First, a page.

Veterinary Spinal Manipulation

Dr. Reed is a Certified Equine Veterinary Medical Manipulation Practitioner, and provides this modality as a standalone service and in conjunction with acupuncture and laser therapy. Please scroll down to read through some frequently asked questions about spinal manipulation.

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Horse Chiropractor

What is Equine Veterinary Medical Manipulation (EVMM)? What is spinal manipulation? Is it the same as chiropractic?

Spinal manipulation is very similar to chiropractic - the examination and manipulations have the same goal, which is to restore normal function and range of motion. However, when applied to animals, this type of manipulative therapy is correctly called spinal manipulation or veterinary medical manipulation. Spinal manipulation and chiropractic both start with a specialized examination of the equine spine and limb joints to find restrictions or areas of decreased range of motion - this is called a motion palpation exam. Specific manipulations, or adjustments, are then used to restore normal range of motion (ROM) and normal function to the joint(s). These manipulations involve a high velocity, low amplitude (HVLA) thrust directed in the plane of the joint to correctly and safely restore ROM. This requires proper knowledge of equine anatomy and extensive training, but not extreme strength.

What is a restriction? What is a subluxation? What do the terms "out" or "stuck" mean?

A subluxation is defined as misaligned vertebrae leading to hypomobility of a motion unit. More simply, it is an area of the spine or joint that is "restricted" and unable to move correctly - and thus, subluxation and restriction are synonyms and can be used interchangeably. Restrictions are caused by trauma, confinement, exercise, age, and the day to day activities of performance horses, but can be worsened by poor saddle fit, an unbalanced rider, poor hoof balance, and lack of cross-training and/or proper conditioning. Common areas for restrictions include the poll, lower neck, back, pelvis and sacrum.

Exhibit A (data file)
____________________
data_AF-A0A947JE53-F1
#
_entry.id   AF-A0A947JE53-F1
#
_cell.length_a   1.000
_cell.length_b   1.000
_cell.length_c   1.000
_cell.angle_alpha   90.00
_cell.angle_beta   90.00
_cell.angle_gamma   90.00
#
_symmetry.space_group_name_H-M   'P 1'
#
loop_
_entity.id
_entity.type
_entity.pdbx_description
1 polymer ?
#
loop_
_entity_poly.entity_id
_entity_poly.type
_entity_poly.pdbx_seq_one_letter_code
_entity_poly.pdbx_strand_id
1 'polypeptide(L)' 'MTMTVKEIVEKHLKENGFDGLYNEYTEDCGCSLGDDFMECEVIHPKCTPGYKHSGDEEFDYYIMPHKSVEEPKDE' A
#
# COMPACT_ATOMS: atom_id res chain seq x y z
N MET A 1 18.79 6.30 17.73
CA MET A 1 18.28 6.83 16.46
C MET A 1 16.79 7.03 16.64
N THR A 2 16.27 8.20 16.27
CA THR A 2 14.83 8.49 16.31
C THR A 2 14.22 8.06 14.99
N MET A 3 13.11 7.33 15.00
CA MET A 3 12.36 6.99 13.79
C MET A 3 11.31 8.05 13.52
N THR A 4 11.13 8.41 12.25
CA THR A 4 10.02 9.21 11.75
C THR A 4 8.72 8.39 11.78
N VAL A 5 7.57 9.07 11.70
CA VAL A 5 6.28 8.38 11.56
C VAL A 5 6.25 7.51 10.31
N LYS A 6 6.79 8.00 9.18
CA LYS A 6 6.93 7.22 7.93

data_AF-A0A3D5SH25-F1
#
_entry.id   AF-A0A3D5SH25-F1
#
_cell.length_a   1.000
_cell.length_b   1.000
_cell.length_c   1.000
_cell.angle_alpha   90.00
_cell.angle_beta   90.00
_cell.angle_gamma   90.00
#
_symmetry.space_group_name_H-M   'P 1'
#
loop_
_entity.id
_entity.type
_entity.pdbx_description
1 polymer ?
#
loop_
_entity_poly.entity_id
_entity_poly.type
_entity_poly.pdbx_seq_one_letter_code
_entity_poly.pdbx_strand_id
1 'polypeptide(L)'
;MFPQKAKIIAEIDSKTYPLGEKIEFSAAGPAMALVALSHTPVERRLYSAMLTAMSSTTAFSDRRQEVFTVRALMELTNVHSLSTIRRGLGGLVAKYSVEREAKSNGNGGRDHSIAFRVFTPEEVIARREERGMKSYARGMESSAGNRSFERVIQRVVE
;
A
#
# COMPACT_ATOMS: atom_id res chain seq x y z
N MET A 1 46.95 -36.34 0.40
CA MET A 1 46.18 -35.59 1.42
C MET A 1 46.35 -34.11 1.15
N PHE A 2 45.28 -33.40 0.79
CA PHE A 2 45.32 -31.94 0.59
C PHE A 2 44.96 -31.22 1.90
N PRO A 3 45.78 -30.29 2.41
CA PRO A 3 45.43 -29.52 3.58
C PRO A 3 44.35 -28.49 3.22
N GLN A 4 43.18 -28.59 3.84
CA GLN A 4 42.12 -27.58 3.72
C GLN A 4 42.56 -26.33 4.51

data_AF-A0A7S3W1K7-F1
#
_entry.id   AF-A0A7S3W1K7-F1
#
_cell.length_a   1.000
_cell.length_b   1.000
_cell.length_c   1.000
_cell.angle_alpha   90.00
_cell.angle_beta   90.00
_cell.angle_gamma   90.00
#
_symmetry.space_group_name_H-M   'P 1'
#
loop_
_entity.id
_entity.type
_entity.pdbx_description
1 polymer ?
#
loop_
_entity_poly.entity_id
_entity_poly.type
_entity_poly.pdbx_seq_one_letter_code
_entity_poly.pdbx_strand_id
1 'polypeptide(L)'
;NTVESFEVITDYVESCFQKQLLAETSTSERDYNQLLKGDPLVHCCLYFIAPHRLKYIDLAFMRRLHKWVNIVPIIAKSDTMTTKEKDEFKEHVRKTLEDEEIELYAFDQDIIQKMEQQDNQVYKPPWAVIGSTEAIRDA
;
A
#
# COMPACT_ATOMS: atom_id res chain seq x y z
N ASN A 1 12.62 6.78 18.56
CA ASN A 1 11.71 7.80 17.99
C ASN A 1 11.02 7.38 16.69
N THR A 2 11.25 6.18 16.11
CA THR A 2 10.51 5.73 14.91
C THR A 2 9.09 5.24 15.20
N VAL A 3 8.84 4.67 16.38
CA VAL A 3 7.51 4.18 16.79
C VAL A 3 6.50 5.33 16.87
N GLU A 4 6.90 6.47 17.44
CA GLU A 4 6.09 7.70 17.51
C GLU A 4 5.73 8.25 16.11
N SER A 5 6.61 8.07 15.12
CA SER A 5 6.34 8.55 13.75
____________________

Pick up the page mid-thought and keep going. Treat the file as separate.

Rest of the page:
FYI, Dr. Reed prefers the word restriction, and avoids the term subluxation and the words "out" and "stuck". Subluxation can be confused with a medical term for dislocation and, therefore, can be confusing to other medical practitioners. In addition, "out" and "stuck" can be misleading, since adjustments of restrictions do not actually put bones back into place, but rather free up movement to allow for normal range of motion.

Why should restrictions be corrected?

Restrictions result in decreased range of motion, and, therefore, decreased flexibility, increased stiffness, resistance and often pain. In addition, misaligned vertebrae can cause problems at the spinal cord level and also where nerves exit between two vertebrae leading to a decrease in information flowing through the nervous system. Not only can this be painful, but also will decrease the nervous systems ability to send and receive information to and from muscles, which can cause missteps or shortened stride, muscle damage and atrophy, joint and tendon injury and poor performance. Lastly, restrictions may lead to a change in posture or compensation to avoid pain and this can lead to secondary restrictions, additional injuries, and/or lameness.

How are restrictions corrected?

A restrictions is corrected by a spinal (chiropractic) manipulation adjustment. This involves proper knowledge of anatomy, specific training, and a high velocity, low amplitude thrust directed in the plane of the joint. When performed correctly this will remove the restriction and restore normal range of motion.

What are signs of restrictions?

There are many signs of restrictions, but often they involve a painful or compensatory gait or postural change, poor performance and/or refusal to work. This can vary from shortness of stride and lameness to muscle atrophy, from bucking under saddle to asymmetrical sweating. It is important to note that these signs can also be caused by injuries or traumas that may require an integrated approach using both western and complementary therapies, and it is important to seek out veterinary advice for a whole horse examination. Below is a brief list of some of the signs of restrictions: